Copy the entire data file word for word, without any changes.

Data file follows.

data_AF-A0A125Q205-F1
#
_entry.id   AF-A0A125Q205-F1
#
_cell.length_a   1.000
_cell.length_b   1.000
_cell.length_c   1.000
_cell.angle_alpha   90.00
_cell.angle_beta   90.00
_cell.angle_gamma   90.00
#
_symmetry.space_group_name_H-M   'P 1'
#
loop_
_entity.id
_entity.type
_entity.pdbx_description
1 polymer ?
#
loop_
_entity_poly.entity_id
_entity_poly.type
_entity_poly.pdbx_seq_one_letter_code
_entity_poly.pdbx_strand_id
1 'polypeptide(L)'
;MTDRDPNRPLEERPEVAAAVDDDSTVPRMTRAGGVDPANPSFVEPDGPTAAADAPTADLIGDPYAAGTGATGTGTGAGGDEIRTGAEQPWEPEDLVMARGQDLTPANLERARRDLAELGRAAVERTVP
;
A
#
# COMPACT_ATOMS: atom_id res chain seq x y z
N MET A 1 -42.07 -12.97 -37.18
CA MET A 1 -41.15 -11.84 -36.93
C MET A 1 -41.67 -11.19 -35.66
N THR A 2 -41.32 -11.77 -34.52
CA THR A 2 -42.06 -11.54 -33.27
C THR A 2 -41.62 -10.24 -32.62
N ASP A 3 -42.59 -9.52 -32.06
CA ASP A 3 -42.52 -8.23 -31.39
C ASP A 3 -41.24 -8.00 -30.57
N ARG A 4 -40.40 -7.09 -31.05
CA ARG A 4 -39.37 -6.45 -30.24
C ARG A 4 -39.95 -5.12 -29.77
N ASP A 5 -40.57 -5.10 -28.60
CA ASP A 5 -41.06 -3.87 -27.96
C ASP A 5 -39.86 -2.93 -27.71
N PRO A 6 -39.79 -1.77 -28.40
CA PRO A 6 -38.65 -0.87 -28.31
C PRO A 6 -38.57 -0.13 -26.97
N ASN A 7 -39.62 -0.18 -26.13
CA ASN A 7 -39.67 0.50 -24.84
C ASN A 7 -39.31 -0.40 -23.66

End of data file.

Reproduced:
data_AF-A0A125Q205-F1
#
_entry.id   AF-A0A125Q205-F1
#
_cell.length_a   1.000
_cell.length_b   1.000
_cell.length_c   1.000
_cell.angle_alpha   90.00
_cell.angle_beta   90.00
_cell.angle_gamma   90.00
#
_symmetry.space_group_name_H-M   'P 1'
#
loop_
_entity.id
_entity.type
_entity.pdbx_description
1 polymer ?
#
loop_
_entity_poly.entity_id
_entity_poly.type
_entity_poly.pdbx_seq_one_letter_code
_entity_poly.pdbx_strand_id
1 'polypeptide(L)'
;MTDRDPNRPLEERPEVAAAVDDDSTVPRMTRAGGVDPANPSFVEPDGPTAAADAPTADLIGDPYAAGTGATGTGTGAGGDEIRTGAEQPWEPEDLVMARGQDLTPANLERARRDLAELGRAAVERTVP
;
A
#
# COMPACT_ATOMS: atom_id res chain seq x y z
N MET A 1 -42.07 -12.97 -37.18
CA MET A 1 -41.15 -11.84 -36.93
C MET A 1 -41.67 -11.19 -35.66
N THR A 2 -41.32 -11.77 -34.52
CA THR A 2 -42.06 -11.54 -33.27
C THR A 2 -41.62 -10.24 -32.62
N ASP A 3 -42.59 -9.52 -32.06
CA ASP A 3 -42.52 -8.23 -31.39
C ASP A 3 -41.24 -8.00 -30.57
N ARG A 4 -40.40 -7.09 -31.05
CA ARG A 4 -39.37 -6.45 -30.24
C ARG A 4 -39.95 -5.12 -29.77
N ASP A 5 -40.57 -5.10 -28.60
CA ASP A 5 -41.06 -3.87 -27.96
C ASP A 5 -39.86 -2.93 -27.71
N PRO A 6 -39.79 -1.77 -28.40
CA PRO A 6 -38.65 -0.87 -28.31
C PRO A 6 -38.57 -0.13 -26.97
N ASN A 7 -39.62 -0.18 -26.13
CA ASN A 7 -39.67 0.50 -24.84
C ASN A 7 -39.31 -0.40 -23.66